In the final chaotic moments of the frat-classic "Animal House," a well-endowed young woman with very little on is catapulted from a parade float and just happens to fly through the open window of a young boy who is secretly reading "Playboy," landing safely on his bed. Stunned by this miracle, the boy looks to the heavens and says, "Thank you, God." As it turns out, this is very close to the mini-prayer that Hugh Hefner catches himself praying from time to time, according to a very seeker friendly report by Chicago Sun-Times religion reporter Cathleen Falsani. The 78-year-old uber-Playboy says he is a "pretty moral guy" who is trying to work out his own version of faith -- which includes some of those old Midwestern values, lots of stuff he learned from the movies and a liberating splash of Darwinism.
Nevertheless, there are times when he just has to say, "Thank you, Lord."
Hefner even spends some time in worship every now and then out in the grounds of the mansion he shares with his 20-something girlfriends Holly Madison, Bridget Marquardt and Kendra Wilkinson. Yes, that's the lush backyard that contains an infamous grotto that has been known to host rites that would have been considered religious in many pre-biblical cultures, but not in the Methodist church of his puritanical parents. These were old-fashioned Methodists.
Hefner says that he urges his disciples to live their life as if there is "no reward in the afterlife, and do it in a moral way that makes it better for you and for those around you." What has the Playboy papa taught his own children about life and faith?
"You start talking about evolution as something that's real. The wonder of evolution. Not the bull---- of creationism," he says. And if they ask him about God, he'll describe a deity that he says he knows but doesn't encounter in the Bible.
"I believe in the creation, and therefore I believe there has to be a creator of some kind, and that is my God. I do not believe in a biblical God, not in the sense that he doesn't exist, it's just that I know rationally that man created the Bible and that we invented our perception of what we do not know," he says.
"I would believe in a God who created this world and also some more rational insights to make it better and would indeed give us an afterlife. An afterlife would be a really good deal. Yeah. I would vote in favor of that," he says. "But in the meantime, I urge one and all to live this life as if there is no reward in the afterlife and do it in a moral way that makes it better for you and for those around you and leaves this world a little better place than when you found it."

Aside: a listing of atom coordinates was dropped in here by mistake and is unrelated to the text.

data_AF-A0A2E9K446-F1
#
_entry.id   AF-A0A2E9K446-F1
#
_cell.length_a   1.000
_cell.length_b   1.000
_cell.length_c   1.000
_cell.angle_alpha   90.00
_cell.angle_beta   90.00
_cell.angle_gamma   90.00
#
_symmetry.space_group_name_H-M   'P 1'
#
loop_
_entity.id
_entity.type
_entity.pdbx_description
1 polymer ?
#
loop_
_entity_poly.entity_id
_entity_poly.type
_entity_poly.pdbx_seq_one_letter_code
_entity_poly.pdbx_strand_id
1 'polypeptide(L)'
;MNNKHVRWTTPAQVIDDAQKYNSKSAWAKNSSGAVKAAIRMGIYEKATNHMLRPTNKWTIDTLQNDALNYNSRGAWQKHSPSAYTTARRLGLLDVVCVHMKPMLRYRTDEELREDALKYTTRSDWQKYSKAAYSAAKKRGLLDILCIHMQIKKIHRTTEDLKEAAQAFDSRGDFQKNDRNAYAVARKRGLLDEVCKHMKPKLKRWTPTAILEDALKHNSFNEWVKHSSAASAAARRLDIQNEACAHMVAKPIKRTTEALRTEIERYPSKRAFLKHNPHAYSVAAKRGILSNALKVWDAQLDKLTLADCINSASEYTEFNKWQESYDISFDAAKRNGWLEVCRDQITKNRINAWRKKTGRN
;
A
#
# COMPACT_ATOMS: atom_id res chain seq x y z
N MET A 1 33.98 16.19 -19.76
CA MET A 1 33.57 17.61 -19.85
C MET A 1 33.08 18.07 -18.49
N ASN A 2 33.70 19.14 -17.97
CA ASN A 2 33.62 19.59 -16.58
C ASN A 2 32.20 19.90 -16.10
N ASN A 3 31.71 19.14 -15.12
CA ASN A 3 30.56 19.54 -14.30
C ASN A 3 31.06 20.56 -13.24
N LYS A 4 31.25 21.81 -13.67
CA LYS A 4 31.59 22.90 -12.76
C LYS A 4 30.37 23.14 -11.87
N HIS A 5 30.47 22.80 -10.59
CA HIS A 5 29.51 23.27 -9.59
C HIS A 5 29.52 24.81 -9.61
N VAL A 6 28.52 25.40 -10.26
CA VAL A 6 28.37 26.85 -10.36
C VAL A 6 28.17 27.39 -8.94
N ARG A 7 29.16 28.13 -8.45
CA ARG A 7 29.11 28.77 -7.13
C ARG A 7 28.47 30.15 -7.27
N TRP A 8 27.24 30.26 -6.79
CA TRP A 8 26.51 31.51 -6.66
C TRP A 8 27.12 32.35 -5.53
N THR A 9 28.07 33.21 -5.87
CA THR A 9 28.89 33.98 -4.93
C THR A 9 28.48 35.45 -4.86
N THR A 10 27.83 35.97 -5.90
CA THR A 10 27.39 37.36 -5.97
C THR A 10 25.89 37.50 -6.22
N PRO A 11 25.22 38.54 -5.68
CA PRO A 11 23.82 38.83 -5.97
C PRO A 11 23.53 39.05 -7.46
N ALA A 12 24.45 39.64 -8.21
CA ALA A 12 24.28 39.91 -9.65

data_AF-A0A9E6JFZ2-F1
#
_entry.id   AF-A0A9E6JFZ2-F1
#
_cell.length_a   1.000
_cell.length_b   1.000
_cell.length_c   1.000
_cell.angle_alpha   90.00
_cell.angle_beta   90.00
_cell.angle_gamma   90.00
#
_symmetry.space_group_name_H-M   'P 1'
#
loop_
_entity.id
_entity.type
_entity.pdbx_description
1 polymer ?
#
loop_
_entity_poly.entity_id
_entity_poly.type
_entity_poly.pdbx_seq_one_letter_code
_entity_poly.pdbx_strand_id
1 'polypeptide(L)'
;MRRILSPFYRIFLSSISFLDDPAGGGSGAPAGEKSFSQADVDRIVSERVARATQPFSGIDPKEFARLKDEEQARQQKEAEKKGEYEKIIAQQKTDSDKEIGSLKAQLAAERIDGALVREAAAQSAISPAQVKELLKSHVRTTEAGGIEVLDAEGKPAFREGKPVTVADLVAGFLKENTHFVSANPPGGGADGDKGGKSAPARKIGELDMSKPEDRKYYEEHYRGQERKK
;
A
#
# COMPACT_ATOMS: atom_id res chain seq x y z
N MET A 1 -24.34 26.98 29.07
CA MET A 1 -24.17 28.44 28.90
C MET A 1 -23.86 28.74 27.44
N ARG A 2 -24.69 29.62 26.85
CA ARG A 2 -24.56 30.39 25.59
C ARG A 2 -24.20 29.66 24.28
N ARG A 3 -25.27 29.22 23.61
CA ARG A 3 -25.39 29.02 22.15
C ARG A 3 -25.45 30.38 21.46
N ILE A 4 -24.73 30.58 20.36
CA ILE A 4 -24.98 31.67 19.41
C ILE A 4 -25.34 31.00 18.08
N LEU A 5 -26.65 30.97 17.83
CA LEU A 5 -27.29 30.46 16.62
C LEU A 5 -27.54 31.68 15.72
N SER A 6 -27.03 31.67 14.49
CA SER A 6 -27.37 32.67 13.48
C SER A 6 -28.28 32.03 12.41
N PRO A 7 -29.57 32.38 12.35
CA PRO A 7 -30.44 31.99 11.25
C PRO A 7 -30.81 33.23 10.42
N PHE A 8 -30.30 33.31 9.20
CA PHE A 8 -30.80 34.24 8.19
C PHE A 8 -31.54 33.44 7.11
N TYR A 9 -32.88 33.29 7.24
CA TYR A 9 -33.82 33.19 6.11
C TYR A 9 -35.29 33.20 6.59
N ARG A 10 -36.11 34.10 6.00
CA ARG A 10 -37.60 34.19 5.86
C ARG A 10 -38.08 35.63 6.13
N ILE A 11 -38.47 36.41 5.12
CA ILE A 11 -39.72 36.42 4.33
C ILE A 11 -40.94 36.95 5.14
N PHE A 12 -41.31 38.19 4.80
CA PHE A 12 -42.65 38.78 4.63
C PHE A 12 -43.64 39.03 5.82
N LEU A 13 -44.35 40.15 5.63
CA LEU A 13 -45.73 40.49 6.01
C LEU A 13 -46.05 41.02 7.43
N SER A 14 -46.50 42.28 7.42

Is Hefner a great sinner? Does he subscribe to any particular moral code?
"Sin is a religious term for immoral behavior, but it's a religious term. I'm a pretty moral guy. Now, it's morality as I perceive it. Morality is what is perceived as good for people," he says, smiling widely, but not in a mischievous way. "I try to do what's right . . . I define it in a way that is truly, what I believe to be truly humanistic and rational and loving.
"I have strong feelings about the way organized religion with the codification of all of the rules related to sexuality became law and played havoc with people's lives. I think that -- dare I say it? -- is very un-Christian."
There's a lot more Playboy theology where this comes from. Hefner says he has always enjoyed his many theological chats with the likes of Jesse Jackson and his close friend Father Malcolm Boyd, a trendsetter on the left wing of the Episcopal Church. Boyd says Hefner is what he always has been -- "a seeker."
Actually, there is another way to describe the Hefner faith. While Falsani never uses the term, it is clear that Hefner is an archetype of one of the dominant religious trends of the late 20th century -- "Sheilaism." The term comes from Robert N. Bellah's classic "Habits of the Heart." Here is the crucial passage:
Sheila Larson is a young nurse who has received a good deal of therapy and describes her faith as "Sheilaism." This suggests the logical possibility of more than 235 million American religions, one for each of us. "I believe in God," Sheila says. "I am not a religious fanatic. I can't remember the last time I went to church. My faith has carried me a long way. It's Sheilaism. Just my own little voice." Sheila's faith has some tenets beyond belief in God, though not many. In defining what she calls "my own Sheilaism," she said: "It's just try to love yourself and be gentle with yourself. You know, I guess, take care of each other."
And all the faithful members of the Playboy generation (including many with tenure in major seminaries) said: "Amen."